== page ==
"Is the universe infinite or just really big? With this question, the gifted young cosmologist Janna Levin not only announces the central theme of her intriguing and controversial new book but establishes herself as one of the most direct and unorthodox voices in contemporary science. For even as she sets out to determine how big "really big" may be, Levin gives us an intimate look at the day-to-day life of a globe-trotting physicist, complete with jet lag and romantic disturbances.
Nimbly synthesizing geometry, topology, chaos and string theories, Levin shows how the pattern of hot and cold spots left over from the big bang may one day reveal the size and shape of the cosmos. She does so with such originality, lucidity--and even poetry--that How the Universe Got Its Spots becomes a thrilling and deeply personal communication between a scientist and the lay reader. --This text refers to an out of print or unavailable edition of this title.

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Top Customer Reviews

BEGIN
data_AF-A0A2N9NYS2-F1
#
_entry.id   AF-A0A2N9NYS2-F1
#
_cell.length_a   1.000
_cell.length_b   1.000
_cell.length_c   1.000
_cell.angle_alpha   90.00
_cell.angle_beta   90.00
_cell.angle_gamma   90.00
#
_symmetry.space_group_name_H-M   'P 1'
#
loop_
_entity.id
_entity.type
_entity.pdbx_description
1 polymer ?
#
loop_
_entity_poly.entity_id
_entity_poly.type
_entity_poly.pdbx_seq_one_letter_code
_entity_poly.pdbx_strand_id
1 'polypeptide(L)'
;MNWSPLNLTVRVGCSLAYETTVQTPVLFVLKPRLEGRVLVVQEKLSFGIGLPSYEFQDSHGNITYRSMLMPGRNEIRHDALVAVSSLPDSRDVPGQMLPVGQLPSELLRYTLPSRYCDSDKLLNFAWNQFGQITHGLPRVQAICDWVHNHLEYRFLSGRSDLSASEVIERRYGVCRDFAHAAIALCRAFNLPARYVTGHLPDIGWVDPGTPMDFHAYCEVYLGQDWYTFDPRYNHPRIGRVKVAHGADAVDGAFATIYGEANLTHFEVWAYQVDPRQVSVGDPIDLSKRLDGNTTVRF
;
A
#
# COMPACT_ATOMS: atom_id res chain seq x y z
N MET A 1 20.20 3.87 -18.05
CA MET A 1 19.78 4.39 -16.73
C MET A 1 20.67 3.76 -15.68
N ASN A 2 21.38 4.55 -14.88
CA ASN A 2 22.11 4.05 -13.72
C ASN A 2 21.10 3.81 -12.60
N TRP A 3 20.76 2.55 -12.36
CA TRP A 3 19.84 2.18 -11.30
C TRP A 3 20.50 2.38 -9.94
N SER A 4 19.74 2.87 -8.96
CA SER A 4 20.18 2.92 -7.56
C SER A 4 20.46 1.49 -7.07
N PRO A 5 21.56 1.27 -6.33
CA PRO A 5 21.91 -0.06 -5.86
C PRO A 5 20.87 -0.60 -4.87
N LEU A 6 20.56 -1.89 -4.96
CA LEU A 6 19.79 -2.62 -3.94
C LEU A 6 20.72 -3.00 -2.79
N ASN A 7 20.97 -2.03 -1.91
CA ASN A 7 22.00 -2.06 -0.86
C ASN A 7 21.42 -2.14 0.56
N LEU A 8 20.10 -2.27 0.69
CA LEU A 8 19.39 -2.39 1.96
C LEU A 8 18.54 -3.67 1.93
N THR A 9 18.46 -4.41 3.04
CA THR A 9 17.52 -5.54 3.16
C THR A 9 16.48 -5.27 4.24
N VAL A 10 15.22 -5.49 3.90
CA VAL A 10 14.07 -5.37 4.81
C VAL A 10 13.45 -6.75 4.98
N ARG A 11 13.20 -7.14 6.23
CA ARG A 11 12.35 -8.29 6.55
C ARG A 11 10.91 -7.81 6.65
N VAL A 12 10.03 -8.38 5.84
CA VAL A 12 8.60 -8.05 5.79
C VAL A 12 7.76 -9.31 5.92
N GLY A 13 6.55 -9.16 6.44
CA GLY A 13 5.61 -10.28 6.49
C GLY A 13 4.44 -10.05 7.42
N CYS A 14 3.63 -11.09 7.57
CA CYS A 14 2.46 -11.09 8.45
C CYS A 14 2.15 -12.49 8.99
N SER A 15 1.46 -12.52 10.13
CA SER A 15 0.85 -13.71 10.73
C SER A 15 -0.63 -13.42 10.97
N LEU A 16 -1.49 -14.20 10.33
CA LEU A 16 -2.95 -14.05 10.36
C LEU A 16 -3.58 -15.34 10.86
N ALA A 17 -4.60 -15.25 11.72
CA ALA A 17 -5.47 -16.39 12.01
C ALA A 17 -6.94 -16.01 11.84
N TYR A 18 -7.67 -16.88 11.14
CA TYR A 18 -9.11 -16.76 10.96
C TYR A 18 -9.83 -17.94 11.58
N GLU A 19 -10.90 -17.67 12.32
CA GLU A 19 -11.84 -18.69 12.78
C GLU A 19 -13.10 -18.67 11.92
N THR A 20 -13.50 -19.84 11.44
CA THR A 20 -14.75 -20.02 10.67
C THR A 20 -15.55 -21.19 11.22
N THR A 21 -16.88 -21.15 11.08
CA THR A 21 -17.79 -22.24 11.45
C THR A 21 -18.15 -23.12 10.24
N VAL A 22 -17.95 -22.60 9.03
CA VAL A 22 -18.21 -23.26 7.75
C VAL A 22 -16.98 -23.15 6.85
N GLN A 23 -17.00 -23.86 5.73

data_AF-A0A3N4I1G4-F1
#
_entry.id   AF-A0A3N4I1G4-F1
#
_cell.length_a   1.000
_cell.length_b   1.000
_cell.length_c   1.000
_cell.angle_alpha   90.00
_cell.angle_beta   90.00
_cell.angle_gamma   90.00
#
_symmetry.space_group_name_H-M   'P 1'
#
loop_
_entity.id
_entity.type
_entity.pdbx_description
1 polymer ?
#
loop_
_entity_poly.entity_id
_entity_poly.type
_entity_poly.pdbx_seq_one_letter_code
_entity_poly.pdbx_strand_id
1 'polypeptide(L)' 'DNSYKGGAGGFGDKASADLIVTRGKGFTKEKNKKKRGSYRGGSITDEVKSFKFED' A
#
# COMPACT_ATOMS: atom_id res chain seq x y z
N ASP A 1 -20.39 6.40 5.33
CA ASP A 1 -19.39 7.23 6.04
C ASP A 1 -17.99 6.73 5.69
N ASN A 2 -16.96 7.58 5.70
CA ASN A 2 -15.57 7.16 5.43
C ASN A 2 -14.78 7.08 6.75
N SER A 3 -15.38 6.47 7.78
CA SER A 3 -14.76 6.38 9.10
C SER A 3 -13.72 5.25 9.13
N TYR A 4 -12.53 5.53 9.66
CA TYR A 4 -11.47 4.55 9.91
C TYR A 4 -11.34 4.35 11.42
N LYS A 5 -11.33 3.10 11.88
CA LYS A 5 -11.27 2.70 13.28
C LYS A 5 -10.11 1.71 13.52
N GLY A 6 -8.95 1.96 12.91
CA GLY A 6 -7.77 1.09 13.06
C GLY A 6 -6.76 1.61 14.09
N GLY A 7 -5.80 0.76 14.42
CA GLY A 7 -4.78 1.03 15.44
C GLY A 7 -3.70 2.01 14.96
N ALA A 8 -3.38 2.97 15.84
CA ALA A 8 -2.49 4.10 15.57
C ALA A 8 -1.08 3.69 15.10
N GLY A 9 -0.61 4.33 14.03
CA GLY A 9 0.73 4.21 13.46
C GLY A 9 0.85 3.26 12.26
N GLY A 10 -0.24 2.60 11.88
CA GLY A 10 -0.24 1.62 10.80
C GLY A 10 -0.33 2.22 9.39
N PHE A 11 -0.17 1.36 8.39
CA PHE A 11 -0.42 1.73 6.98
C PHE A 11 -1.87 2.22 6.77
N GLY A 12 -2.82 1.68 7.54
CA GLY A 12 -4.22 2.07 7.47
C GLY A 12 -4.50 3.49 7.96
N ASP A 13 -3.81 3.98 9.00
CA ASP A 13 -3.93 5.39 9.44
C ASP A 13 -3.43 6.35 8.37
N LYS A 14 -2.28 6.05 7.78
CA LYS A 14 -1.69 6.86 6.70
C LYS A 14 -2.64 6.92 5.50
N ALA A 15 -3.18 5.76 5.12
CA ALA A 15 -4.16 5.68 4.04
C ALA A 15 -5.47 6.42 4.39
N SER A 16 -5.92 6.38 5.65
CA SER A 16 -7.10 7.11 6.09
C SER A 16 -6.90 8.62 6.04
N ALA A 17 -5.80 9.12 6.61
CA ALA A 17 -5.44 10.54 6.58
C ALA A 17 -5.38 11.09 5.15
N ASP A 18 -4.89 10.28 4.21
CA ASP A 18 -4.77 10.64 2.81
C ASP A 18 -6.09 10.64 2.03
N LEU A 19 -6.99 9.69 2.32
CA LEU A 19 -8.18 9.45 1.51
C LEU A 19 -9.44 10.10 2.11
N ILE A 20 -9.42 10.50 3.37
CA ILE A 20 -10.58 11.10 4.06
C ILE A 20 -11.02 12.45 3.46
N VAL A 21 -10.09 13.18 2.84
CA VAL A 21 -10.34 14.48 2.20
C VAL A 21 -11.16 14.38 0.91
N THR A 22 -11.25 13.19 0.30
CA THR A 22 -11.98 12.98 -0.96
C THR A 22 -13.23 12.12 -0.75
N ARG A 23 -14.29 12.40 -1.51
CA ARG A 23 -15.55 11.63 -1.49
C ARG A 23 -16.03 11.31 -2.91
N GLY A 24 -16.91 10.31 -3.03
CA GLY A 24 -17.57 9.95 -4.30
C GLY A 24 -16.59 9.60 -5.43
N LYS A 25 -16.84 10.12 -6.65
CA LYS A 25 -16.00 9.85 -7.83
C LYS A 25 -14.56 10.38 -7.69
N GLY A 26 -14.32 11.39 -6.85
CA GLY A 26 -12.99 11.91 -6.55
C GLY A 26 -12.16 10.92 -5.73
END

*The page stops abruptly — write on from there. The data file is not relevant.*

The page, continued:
Format: Paperback
This is a refreshing contribution to the popular science genre, as it mixes physics and cosmology with some very personal aspects of Levin's life. The book touches on key areas such as general relativity, quantum physics and topology, and yet stays on track to tackle the question of the universe's 'spots'. The 225 pages are a very manageable, with clear diagrams and useful references within the text to a handful of other key popular science accounts. Recommended to anyone who is curious about the cosmos!
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Most Helpful Customer Reviews on Amazon.com (beta) (May include reviews from Early Reviewer Rewards Program)

Amazon.com: 4.6 out of 5 stars 46 reviews
7 of 7 people found the following review helpful
5.0 out of 5 stars Amazing Read 4 Dec. 2014
By Annette Lamb - Published on Amazon.com
Format: Paperback Verified Purchase